Sat Nov 17, 2012, 02:32 PM
phantom power (25,000 posts)
Lessons from 2012: Droughts, not Hurricanes, are the Greater Danger
Drought - it's like mail fraud charges for civilization. Not sexy, but it has teeth.
The colossal devastation and loss of life wrought by Hurricane Sandy makes the storm one of the greatest disasters in U.S. history. The storm and its aftermath have rightfully dominated the weather headlines this year, and Sandy will undoubtedly be remembered as the most notable global weather event of 2012. But shockingly, Sandy is probably not even the deadliest or most expensive weather disaster this year in the United States--Sandy's damages of perhaps $50 billion will likely be overshadowed by the huge costs of the great drought of 2012. While it will be several months before the costs of America's worst drought since 1954 are known, the 2012 drought is expected to cut America's GDP by 0.5 - 1 percentage points, said Deutsche Bank Securities this week. “If the U.S. were growing at 4 percent, it wouldn’t be as big an issue, but at 2 percent, it’s noticed,” said Joseph LaVorgna, the chief U.S. economist at Deutsche. Since the U.S. GDP is approximately $15 trillion, the drought of 2012 represents a $75 - $150 billion hit to the U.S. economy. This is in the same range as the estimate of $77 billion in costs for the drought, made by Purdue University economist Chris Hurt in August. While Sandy's death toll of 113 in the U.S. is the second highest death toll from a U.S. hurrFigure 1. The top-ten list of most expensive U.S. weather-related disasters from NOAA's National Climatic Data Center (NCDC) is dominated by hurricanes and droughts. Three of the top five disasters are droughts. The numbers for Hurricane Sandy and the 2012 drought are preliminary numbers from media sources, and are not from NCDC.icane since 1972, it is likely to be exceeded by the death toll from the heat waves that accompanied this year's drought. The heat waves associated with the U.S. droughts of 1980 and 1988 had death tolls of 10,000 and 7,500 respectively, according to NOAA's National Climatic Data Center, and the heat wave associated with the $12 billion 2011 Texas drought killed 95 Americans. With July 2012 the hottest month in U.S. history, I expect the final heat death toll in the U.S. this year will be much higher than Sandy's death toll.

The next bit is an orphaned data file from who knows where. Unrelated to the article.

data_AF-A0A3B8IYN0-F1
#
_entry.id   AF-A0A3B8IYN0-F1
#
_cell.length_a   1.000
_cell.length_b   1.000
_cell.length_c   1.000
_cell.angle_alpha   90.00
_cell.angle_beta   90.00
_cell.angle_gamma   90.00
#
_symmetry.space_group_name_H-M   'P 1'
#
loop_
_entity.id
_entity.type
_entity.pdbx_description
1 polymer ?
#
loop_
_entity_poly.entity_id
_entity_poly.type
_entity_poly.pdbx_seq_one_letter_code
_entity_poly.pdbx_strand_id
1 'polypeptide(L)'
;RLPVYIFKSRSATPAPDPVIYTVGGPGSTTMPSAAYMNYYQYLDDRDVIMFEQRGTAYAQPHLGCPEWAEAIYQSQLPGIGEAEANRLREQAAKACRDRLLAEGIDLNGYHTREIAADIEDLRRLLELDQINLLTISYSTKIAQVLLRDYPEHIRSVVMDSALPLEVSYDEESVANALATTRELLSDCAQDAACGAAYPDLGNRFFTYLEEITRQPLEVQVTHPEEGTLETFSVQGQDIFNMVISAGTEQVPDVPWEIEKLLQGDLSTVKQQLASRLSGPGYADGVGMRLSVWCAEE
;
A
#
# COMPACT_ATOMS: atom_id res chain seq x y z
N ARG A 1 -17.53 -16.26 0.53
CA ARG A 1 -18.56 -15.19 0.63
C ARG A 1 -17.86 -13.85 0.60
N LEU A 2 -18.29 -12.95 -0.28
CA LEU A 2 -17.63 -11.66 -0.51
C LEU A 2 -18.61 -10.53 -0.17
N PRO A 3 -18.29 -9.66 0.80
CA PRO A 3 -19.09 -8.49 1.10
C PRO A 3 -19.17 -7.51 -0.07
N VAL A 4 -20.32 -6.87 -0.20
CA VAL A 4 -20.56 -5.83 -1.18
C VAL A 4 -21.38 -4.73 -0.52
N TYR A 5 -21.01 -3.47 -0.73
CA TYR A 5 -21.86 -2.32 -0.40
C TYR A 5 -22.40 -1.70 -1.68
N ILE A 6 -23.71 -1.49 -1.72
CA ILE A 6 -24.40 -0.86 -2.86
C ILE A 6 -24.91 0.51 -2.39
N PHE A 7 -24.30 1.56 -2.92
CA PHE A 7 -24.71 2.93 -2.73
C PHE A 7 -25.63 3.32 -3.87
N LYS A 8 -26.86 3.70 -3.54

Figure 1. The top-ten list of most expensive U.S. weather-related disasters from NOAA's National Climatic Data Center (NCDC) is dominated by hurricanes and droughts. Three of the top five disasters are droughts. The numbers for Hurricane Sandy and the 2012 drought are preliminary numbers from media sources, and are not from NCDC.
Drought: civilization's greatest natural enemy
People fear storms, and spectacular and devastating storms like Hurricane Sandy and Hurricane Katrina have stirred more debate in the U.S. about taking action against climate change than any other weather event. But I argue that this attention is misplaced. Drought is our greatest enemy. Drought impacts the two things we need to live--food and water. The history of civilization is filled with tales of great storms that have killed thousands and caused untold suffering and destruction. But cities impacted by great storms inevitably recover and rebuild, often stronger than before. I expect that New York City, the coast of New Jersey, and other areas battered by Sandy will do likewise. But drought can crash civilizations. Drought experts Justin Sheffield and Eric Wood of Princeton, in their 2011 book, Drought, list more than ten civilizations and cultures that probably collapsed because of drought. Among them: The Mayans of 800 - 1000 AD. The Anasazi culture in the Southwest U.S. in the 11th - 12th centuries. The ancient Akkadian Empire in Mesopotamia. The Chinese Ming Dynasty of 1500 - 1730. When the rains stop and the soil dries up, cities die and civilizations collapse, as people abandon lands no longer able to supply them with the food and water they need to live.
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Lessons from 2012: Droughts, not Hurricanes, are the Greater Danger (Original post)
|phantom power||Nov 2012||OP|
Response to phantom power (Original post)
Sat Nov 17, 2012, 02:39 PM
NoOneMan (4,795 posts)
1. Another reason why real climate change mitigation should consists of tree planting
As well as shifting agriculture to woody perennials as much as possible, as soon as possible. This is far more important than burning oil to build windmills right now. You can't eat solar panels.
FDR's CCC planted 3 billion trees while fixing the dustbowl. Obama started an organic garden.